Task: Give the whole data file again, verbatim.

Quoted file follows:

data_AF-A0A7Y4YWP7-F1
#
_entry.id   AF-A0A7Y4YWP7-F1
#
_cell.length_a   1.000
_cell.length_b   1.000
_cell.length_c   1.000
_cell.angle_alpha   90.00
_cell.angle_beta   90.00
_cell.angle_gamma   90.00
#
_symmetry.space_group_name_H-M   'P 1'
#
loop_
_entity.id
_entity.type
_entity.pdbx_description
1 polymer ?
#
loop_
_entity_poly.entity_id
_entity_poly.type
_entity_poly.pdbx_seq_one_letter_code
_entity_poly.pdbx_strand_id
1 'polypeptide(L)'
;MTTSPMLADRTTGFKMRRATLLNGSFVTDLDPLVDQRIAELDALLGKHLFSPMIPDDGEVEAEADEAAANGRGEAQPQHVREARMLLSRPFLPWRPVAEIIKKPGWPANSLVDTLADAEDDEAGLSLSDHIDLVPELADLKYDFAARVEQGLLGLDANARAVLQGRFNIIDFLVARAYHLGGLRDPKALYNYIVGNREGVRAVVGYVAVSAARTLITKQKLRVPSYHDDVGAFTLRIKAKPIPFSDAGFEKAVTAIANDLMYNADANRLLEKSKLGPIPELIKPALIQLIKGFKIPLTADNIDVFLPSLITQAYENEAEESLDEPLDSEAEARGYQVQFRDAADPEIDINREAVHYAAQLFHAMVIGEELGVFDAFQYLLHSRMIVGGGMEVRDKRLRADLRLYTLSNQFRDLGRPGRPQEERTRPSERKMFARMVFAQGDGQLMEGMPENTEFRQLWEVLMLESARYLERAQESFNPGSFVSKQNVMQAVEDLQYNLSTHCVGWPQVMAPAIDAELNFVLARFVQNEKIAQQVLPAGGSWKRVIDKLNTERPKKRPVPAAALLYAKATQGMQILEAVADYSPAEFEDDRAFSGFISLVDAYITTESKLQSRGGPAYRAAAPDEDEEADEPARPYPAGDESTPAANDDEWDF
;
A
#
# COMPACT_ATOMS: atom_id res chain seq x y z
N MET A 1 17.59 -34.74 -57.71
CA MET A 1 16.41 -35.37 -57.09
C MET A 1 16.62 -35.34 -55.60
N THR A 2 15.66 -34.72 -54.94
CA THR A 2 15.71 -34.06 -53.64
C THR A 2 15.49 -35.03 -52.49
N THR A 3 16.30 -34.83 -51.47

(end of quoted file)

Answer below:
data_AF-A0A7Y4YWP7-F1
#
_entry.id   AF-A0A7Y4YWP7-F1
#
_cell.length_a   1.000
_cell.length_b   1.000
_cell.length_c   1.000
_cell.angle_alpha   90.00
_cell.angle_beta   90.00
_cell.angle_gamma   90.00
#
_symmetry.space_group_name_H-M   'P 1'
#
loop_
_entity.id
_entity.type
_entity.pdbx_description
1 polymer ?
#
loop_
_entity_poly.entity_id
_entity_poly.type
_entity_poly.pdbx_seq_one_letter_code
_entity_poly.pdbx_strand_id
1 'polypeptide(L)'
;MTTSPMLADRTTGFKMRRATLLNGSFVTDLDPLVDQRIAELDALLGKHLFSPMIPDDGEVEAEADEAAANGRGEAQPQHVREARMLLSRPFLPWRPVAEIIKKPGWPANSLVDTLADAEDDEAGLSLSDHIDLVPELADLKYDFAARVEQGLLGLDANARAVLQGRFNIIDFLVARAYHLGGLRDPKALYNYIVGNREGVRAVVGYVAVSAARTLITKQKLRVPSYHDDVGAFTLRIKAKPIPFSDAGFEKAVTAIANDLMYNADANRLLEKSKLGPIPELIKPALIQLIKGFKIPLTADNIDVFLPSLITQAYENEAEESLDEPLDSEAEARGYQVQFRDAADPEIDINREAVHYAAQLFHAMVIGEELGVFDAFQYLLHSRMIVGGGMEVRDKRLRADLRLYTLSNQFRDLGRPGRPQEERTRPSERKMFARMVFAQGDGQLMEGMPENTEFRQLWEVLMLESARYLERAQESFNPGSFVSKQNVMQAVEDLQYNLSTHCVGWPQVMAPAIDAELNFVLARFVQNEKIAQQVLPAGGSWKRVIDKLNTERPKKRPVPAAALLYAKATQGMQILEAVADYSPAEFEDDRAFSGFISLVDAYITTESKLQSRGGPAYRAAAPDEDEEADEPARPYPAGDESTPAANDDEWDF
;
A
#
# COMPACT_ATOMS: atom_id res chain seq x y z
N MET A 1 17.59 -34.74 -57.71
CA MET A 1 16.41 -35.37 -57.09
C MET A 1 16.62 -35.34 -55.60
N THR A 2 15.66 -34.72 -54.94
CA THR A 2 15.71 -34.06 -53.64
C THR A 2 15.49 -35.03 -52.49
N THR A 3 16.30 -34.83 -51.47